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Arab Israel Conflict
Israeli use of skunk water fuels anger
From the Financial Times of Fri, 21 Nov 2014 17:08:59 GMT
epaselect epa04498288 A Palestinian boy fuels a barricade of burning tires during clashes with Israeli forces while protesting against the Jewish settlement of Qadomem, at the Kofr Qadom village, near the West Bank city of Nablus, 21 November 2014. Local sources claim that at least 12 Palestinians have been injured during the clashes. EPA/ALAA BADARNEH©EPA

Inside the Mount of Olives mini market in East Jerusalem, a stench redolent of unflushed toilets and unwashed socks hangs in the air.

Shopkeepers in the area say an armoured police vehicle rolled through one evening last week, equipped with a water cannon spraying “skunk water” a vile-smelling substance Israeli security forces use to control rioting in Palestinian areas that permeates clothes, buildings and furniture and lingers afterwards for weeks.

“We were lucky: it rained this week, so 99 per cent of the stink went out,” says Khalil al-Hawa, who says business in his shop is down by two-thirds since July, when local youths began pelting rocks and petrol bombs at police in regular evening protests. Police responded by dousing the area in the pungent liquid. “Normally it stays for more than a month, he says.”

Skunk water is just one of several tools police are using to crack down to try to contain a wave of violence emanating from Jerusalem’s occupied east, but which Palestinians say is a form of collective punishment that fuels resentment.

This week the worsening conflict saw its bloodiest episode yet when two Palestinian men slashed and shot worshippers in a synagogue in the city’s Jewish west, killing five Israelis in a gruesome incident that some Israeli commentators described as a “pogrom”.

The incident fed Jewish Jerusalemites’ fears of the Palestinians who live in poor eastern neighbourhoods, but work alongside them in the city’s restaurants, hotels and shopping malls, and prompted police to deploy more men and vehicles across the city.

Israeli police say the riot control measures they use in eastern neighbourhoods – which include sound grenades and tear gas and use of roadblocks – are necessary to maintain security and keep the unrest from spreading.

They say that skunk water, which smells unbearably bad when fresh but is physically harmless, allows them to disperse crowds effectively and identify suspects later. “The skunk water cannons are used as a non-lethal weapon when Palestinians are involved in rioting, throwing petrol bombs and stones against police officers,” says Micky Rosenfeld, a police spokesman.

However, Palestinians in eastern neighbourhoods say police spray the greyish liquid indiscriminately into shops, restaurants and hotels, in a stream powerful enough to break windows, and describe it as one of many heavy-handed tactics Israeli authorities do not deploy in the city’s Jewish west, underscoring their inferior status.

Israeli security forces have used the smelly substance in the occupied West Bank since 2008, but began using it for the first time in East Jerusalem starting in July, after the revenge killing of a Palestinian teenager, Muhammad Abu Khdeir, which launched a wave unrest now in its fifth month.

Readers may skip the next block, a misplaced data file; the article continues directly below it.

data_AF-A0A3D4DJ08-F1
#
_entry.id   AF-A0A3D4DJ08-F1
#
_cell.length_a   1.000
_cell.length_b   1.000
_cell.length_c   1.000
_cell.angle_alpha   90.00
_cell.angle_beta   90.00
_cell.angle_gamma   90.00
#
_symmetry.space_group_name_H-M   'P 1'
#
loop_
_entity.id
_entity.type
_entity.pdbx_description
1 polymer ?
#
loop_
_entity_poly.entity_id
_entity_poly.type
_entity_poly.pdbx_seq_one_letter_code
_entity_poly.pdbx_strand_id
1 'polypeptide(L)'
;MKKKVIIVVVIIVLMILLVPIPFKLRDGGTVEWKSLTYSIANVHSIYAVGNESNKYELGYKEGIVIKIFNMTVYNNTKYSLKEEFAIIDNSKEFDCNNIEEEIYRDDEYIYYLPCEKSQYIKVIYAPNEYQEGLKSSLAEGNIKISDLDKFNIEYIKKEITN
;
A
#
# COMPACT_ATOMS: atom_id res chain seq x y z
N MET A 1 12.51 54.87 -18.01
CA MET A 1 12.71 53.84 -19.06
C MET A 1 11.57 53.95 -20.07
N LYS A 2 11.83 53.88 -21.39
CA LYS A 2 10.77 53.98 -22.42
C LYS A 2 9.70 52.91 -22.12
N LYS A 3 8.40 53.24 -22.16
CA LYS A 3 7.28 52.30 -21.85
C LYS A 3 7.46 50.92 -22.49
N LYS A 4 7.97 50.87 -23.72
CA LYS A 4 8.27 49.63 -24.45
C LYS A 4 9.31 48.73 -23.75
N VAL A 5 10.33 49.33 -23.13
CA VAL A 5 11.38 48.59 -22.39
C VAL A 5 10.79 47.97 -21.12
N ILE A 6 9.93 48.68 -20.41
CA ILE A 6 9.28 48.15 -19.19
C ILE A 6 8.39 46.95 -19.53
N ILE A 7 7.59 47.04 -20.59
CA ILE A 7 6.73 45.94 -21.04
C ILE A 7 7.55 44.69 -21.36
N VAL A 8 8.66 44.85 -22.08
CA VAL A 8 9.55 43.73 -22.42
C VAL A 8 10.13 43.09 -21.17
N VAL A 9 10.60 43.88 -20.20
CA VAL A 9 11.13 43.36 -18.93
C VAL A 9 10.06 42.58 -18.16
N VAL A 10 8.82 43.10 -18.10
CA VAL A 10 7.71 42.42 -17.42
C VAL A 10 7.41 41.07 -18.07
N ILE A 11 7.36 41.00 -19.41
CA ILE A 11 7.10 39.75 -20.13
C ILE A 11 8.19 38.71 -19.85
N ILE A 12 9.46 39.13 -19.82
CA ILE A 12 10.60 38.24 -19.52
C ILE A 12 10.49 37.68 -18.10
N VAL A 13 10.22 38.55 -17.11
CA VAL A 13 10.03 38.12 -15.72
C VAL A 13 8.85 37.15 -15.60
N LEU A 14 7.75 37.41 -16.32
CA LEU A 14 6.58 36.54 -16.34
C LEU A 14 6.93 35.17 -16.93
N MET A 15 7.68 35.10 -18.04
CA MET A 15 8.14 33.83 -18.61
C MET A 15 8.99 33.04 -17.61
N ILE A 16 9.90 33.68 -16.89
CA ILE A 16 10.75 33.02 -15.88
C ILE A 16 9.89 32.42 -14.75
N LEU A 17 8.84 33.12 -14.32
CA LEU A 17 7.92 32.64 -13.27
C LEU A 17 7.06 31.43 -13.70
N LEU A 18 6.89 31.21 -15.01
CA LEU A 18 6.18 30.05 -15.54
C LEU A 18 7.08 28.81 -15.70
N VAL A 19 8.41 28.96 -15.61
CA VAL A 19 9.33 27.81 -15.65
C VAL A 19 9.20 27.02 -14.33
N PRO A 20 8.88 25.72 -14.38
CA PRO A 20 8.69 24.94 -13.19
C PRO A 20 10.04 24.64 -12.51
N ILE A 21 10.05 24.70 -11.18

“They don’t want teenagers to throw stones, so they punish everybody,” says Jasr Al-Hawa, a Mount of Olives ice-cream seller, who has had to bin stock each of the six or seven times his shop had been doused.

Merchants in the area, who rely from the business of foreign tourists visiting local Christian sites, also point angrily to black scars on the floors of their businesses where police threw stun grenades during clashes.

Human rights campaigners say Israeli police’s use of skunk water, stun grenades and sponge-tipped bullets against protesters, and recent blockading of several neighbourhoods in the east, underscore the unequal status of Arabs in the divided city, and will fuel further violence. “The police are using riot control measures to a degree East Jerusalem has never seen,” says Ronit Sela of the Association for Civil Rights in Israel.

On Wednesday Israeli security forces razed the house of a Palestinian man who drove over and killed two people last month, and was shot and killed by police. They gave notices that they would destroy four more – including those of the two deceased men involved in the synagogue massacre – marking a return to a controversial practice Israel’s own army advised against in 2005, arguing that it fed further anger and a cycle of revenge.

In Issawiya, another eastern neighbourhood that has seen some of Jerusalem’s worst unrest, residents say police have repeatedly blockaded the village’s main entrance, using concrete blocks and metal barricades. This, they say, has impeded the movement of school buses and residents commuting to jobs in the west.

A white Israeli surveillance blimp tethered in the sky looks down on the village, whose potholed roads run downhill on Mount Scopus right behind the neat dormitory blocks of the Hebrew University. Black and red graffiti daubed on Issawiya’s walls shows burning Molotov cocktails, and the mood among residents is sullen and defiant.

Residents speak of years of Israeli discrimination in education, law enforcement, building permits and infrastructure they describe as “apartheid”, which came to a head in recent weeks with the wave of violence, further inflamed by visits by extremist rightwing Israeli politicians to Haram al-Sharif, the Muslim holy site known to Jewish Israelis as Temple Mount.

“I think that the Israeli government is going to the extreme right and preparing for coming elections, so they want to win the votes of rightwing Israeli people,” says Hani Issawi, a local resident and activist. “The way to do that is to make provocation with the Palestinians.”

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